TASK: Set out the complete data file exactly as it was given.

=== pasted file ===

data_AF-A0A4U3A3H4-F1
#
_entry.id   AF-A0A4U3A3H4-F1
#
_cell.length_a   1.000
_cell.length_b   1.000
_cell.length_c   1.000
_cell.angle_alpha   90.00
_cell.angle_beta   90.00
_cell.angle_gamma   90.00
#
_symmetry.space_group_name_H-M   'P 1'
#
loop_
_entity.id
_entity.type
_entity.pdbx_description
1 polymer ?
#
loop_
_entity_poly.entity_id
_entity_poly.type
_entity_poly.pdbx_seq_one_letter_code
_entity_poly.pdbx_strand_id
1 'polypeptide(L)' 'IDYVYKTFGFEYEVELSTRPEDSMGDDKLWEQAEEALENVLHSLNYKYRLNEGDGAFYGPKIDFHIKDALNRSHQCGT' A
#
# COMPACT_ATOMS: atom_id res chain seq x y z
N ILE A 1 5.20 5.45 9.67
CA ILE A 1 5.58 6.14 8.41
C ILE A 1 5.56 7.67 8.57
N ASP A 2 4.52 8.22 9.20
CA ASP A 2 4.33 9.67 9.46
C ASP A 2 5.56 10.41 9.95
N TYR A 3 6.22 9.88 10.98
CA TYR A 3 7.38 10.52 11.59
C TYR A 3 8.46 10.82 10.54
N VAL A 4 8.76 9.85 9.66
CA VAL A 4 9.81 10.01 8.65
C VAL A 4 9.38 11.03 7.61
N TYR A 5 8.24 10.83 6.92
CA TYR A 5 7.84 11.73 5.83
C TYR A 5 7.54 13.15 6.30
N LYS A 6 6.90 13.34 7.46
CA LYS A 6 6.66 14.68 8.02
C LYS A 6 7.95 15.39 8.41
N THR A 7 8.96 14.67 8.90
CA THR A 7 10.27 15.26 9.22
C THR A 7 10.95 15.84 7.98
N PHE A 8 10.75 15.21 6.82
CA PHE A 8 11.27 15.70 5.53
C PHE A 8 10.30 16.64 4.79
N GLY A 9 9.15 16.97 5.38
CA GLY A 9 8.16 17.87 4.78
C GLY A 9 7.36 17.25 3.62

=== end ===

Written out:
data_AF-A0A4U3A3H4-F1
#
_entry.id   AF-A0A4U3A3H4-F1
#
_cell.length_a   1.000
_cell.length_b   1.000
_cell.length_c   1.000
_cell.angle_alpha   90.00
_cell.angle_beta   90.00
_cell.angle_gamma   90.00
#
_symmetry.space_group_name_H-M   'P 1'
#
loop_
_entity.id
_entity.type
_entity.pdbx_description
1 polymer ?
#
loop_
_entity_poly.entity_id
_entity_poly.type
_entity_poly.pdbx_seq_one_letter_code
_entity_poly.pdbx_strand_id
1 'polypeptide(L)' 'IDYVYKTFGFEYEVELSTRPEDSMGDDKLWEQAEEALENVLHSLNYKYRLNEGDGAFYGPKIDFHIKDALNRSHQCGT' A
#
# COMPACT_ATOMS: atom_id res chain seq x y z
N ILE A 1 5.20 5.45 9.67
CA ILE A 1 5.58 6.14 8.41
C ILE A 1 5.56 7.67 8.57
N ASP A 2 4.52 8.22 9.20
CA ASP A 2 4.33 9.67 9.46
C ASP A 2 5.56 10.41 9.95
N TYR A 3 6.22 9.88 10.98
CA TYR A 3 7.38 10.52 11.59
C TYR A 3 8.46 10.82 10.54
N VAL A 4 8.76 9.85 9.66
CA VAL A 4 9.81 10.01 8.65
C VAL A 4 9.38 11.03 7.61
N TYR A 5 8.24 10.83 6.92
CA TYR A 5 7.84 11.73 5.83
C TYR A 5 7.54 13.15 6.30
N LYS A 6 6.90 13.34 7.46
CA LYS A 6 6.66 14.68 8.02
C LYS A 6 7.95 15.39 8.41
N THR A 7 8.96 14.67 8.90
CA THR A 7 10.27 15.26 9.22
C THR A 7 10.95 15.84 7.98
N PHE A 8 10.75 15.21 6.82
CA PHE A 8 11.27 15.70 5.53
C PHE A 8 10.30 16.64 4.79
N GLY A 9 9.15 16.97 5.38
CA GLY A 9 8.16 17.87 4.78
C GLY A 9 7.36 17.25 3.62